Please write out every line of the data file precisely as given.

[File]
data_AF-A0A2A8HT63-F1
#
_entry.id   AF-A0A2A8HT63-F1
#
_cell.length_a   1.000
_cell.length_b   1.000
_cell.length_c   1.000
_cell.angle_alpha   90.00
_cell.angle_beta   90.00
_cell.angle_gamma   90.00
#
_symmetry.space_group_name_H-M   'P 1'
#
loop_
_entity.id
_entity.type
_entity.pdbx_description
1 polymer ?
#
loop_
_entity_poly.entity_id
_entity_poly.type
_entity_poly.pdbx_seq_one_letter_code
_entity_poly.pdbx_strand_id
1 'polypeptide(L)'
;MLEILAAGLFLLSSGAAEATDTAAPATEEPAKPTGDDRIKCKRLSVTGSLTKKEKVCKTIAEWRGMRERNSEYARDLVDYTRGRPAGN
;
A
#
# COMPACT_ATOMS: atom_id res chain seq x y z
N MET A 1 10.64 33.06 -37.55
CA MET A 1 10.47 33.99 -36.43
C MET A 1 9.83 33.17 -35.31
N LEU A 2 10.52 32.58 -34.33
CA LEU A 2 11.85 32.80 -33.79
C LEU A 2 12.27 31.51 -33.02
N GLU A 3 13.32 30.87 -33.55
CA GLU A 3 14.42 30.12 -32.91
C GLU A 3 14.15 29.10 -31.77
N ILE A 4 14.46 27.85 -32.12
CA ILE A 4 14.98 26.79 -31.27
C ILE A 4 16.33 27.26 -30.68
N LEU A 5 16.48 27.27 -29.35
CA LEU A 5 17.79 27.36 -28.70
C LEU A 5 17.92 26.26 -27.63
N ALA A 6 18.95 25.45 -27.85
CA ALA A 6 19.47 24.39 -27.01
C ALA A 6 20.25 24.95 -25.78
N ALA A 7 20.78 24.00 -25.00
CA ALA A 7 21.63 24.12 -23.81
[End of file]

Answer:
data_AF-A0A2A8HT63-F1
#
_entry.id   AF-A0A2A8HT63-F1
#
_cell.length_a   1.000
_cell.length_b   1.000
_cell.length_c   1.000
_cell.angle_alpha   90.00
_cell.angle_beta   90.00
_cell.angle_gamma   90.00
#
_symmetry.space_group_name_H-M   'P 1'
#
loop_
_entity.id
_entity.type
_entity.pdbx_description
1 polymer ?
#
loop_
_entity_poly.entity_id
_entity_poly.type
_entity_poly.pdbx_seq_one_letter_code
_entity_poly.pdbx_strand_id
1 'polypeptide(L)'
;MLEILAAGLFLLSSGAAEATDTAAPATEEPAKPTGDDRIKCKRLSVTGSLTKKEKVCKTIAEWRGMRERNSEYARDLVDYTRGRPAGN
;
A
#
# COMPACT_ATOMS: atom_id res chain seq x y z
N MET A 1 10.64 33.06 -37.55
CA MET A 1 10.47 33.99 -36.43
C MET A 1 9.83 33.17 -35.31
N LEU A 2 10.52 32.58 -34.33
CA LEU A 2 11.85 32.80 -33.79
C LEU A 2 12.27 31.51 -33.02
N GLU A 3 13.32 30.87 -33.55
CA GLU A 3 14.42 30.12 -32.91
C GLU A 3 14.15 29.10 -31.77
N ILE A 4 14.46 27.85 -32.12
CA ILE A 4 14.98 26.79 -31.27
C ILE A 4 16.33 27.26 -30.68
N LEU A 5 16.48 27.27 -29.35
CA LEU A 5 17.79 27.36 -28.70
C LEU A 5 17.92 26.26 -27.63
N ALA A 6 18.95 25.45 -27.85
CA ALA A 6 19.47 24.39 -27.01
C ALA A 6 20.25 24.95 -25.78
N ALA A 7 20.78 24.00 -25.00
CA ALA A 7 21.63 24.12 -23.81